The way media is threatened and manipulated in Washington press conferences these days is eerily familiar to Miniluv
by George Orwell
Harvill Secker The UK, 1949,
Adarsh Book India Reprint 2008,
available in Kathmandu
It has been 33 years since Nineteen Eighty-four, for which George Orwell imagined a dystopian world where every citizen is constantly under state surveillance, where two truths co-exist, thought is controlled, history and language manipulated.
Orwell wrote the book in the post-war gloom of 1949 England, when Stalinist totalitarianism was providing strong competition to Nazism for man’s inhumanity to man. At that time, 1984 must have seemed so far in the future that the novel was seen as a kind of science fiction. But here we are in 2017, and there is still North Korea under Kim Jung Un which has outdone Oceania under Big Brother. Or, as has been remarked by many liberal opinion makers, the United States under Donald Trump.
Nineteen Eighty-four takes place in Airstrip One of the totalitarian superstate of Oceania, ruled by an elusive Big Brother (who may or may not exist) with four ministries: Love, Truth, Peace and Plenty, known as Miniluv, Minitrue, Minipax and Miniplenty respectively in Newspeak, the official language created solely to meet the requirements of the political ideology of Ingsoc (English Socialism).
This is all Dear Leader Land, and the similarities to the ‘alternative truth’ hyper-reality of Trumpian America is stark. Orwell’s Animal Farm (1945) may have analogies in post-revolutionary societies like present-day Nepal where the former comrades resemble Napoleon and Snowball, and His Former Majesty could be compared to Farmer Jones. And there may be hints of the world of Duterte, Erdogan, Trump or Putin in Aldous Huxley’s Brave New World, but it is Nineteen Eighty-four that gives readers an uncannily prescient look at how democracy can degenerate into demagoguery.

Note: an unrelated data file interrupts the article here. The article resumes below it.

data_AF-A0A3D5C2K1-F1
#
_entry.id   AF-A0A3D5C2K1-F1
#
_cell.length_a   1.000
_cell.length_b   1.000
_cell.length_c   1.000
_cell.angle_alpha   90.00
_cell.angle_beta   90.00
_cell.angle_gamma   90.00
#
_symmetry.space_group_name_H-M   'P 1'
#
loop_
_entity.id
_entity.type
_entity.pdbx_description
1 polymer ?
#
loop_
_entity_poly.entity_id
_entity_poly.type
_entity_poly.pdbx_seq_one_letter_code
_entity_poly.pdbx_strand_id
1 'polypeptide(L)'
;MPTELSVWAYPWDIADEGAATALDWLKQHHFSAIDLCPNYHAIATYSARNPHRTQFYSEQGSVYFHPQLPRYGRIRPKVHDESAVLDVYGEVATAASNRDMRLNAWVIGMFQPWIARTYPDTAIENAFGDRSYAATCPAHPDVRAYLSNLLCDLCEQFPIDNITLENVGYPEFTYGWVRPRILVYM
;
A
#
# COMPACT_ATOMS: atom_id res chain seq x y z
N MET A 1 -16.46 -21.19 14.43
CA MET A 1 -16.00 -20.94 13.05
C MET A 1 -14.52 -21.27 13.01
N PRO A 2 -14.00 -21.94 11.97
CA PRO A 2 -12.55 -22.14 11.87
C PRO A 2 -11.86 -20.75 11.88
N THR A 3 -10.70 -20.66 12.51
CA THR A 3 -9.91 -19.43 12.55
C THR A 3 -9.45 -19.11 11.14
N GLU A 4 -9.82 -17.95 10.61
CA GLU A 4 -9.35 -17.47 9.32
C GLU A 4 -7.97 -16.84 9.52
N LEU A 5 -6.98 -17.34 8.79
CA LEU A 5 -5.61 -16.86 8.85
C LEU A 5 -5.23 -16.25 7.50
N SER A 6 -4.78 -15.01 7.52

The Newspeak of White House Spokesperson Sean Spicer, Kellyanne Conway or President Trump himself are shockingly similar to the language used by Orwell’s Minitrue, the propaganda ministry tasked with concocting alternative facts.
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One could take the analogy a bit too far, but the way media is threatened and manipulated in Washington press conferences these days is eerily familiar to Miniluv. It enforces loyalty to Big Brother through fear, intimidation and brainwashing. Minipax declares war alternatively with Eurasia (Russia) and Eastasia (China) much in the same way that Trump launches cruise missiles at Syrian air bases, or moves the US Navy Pacific Fleet to the Korean coast. Miniplenty has similarities to Trump’s crony capitalism in fanning paranoia of immigrants.
Orwell’s protagonist, Winston Smith, works for the Ministry of Truth. His job is to rewrite history to change the facts as they suit the party in the present scenario. Sound familiar? Winston is 39 years old and an Outer Party member, the middle class considered potentially subversive by the nomenklatura. Their every action is scrutinised, luxury is limited to cigarettes and victory gin, physical intimacy is only for procreation, emotions are controlled and children are raised to spy on parents. The Thought Police (Thinkpol) arrest and punish comrades with thoughts unapproved by the party.
But Winston is a secret dissident, despises the regime and supports the beliefs of Emmanuel Goldstein, an enemy of the state and defender of freedom. He soon finds a kindred spirit in O’Brien, a high-level inner party member, and starts a relationship then falls in love with Julia, the girl in the Fiction Department of Minitrue. Winston rents a room in the prole (proletariat) area to escape constant surveillance. But the Thinkpol inevitably catch up with him and Julia. They are arrested and discover that O’Brien is an informer at the Ministry of Love.
Orwell was a social democrat who served the British colonial system in Burma, and his dark vision is of a future that has loud resonance today. That must be why Nineteen Eighty-four is a best-seller again in bookshops in Europe and the US. We may have to re-learn the Newspeak vocabulary of Doublethink, Thoughtcrime and Crimestop.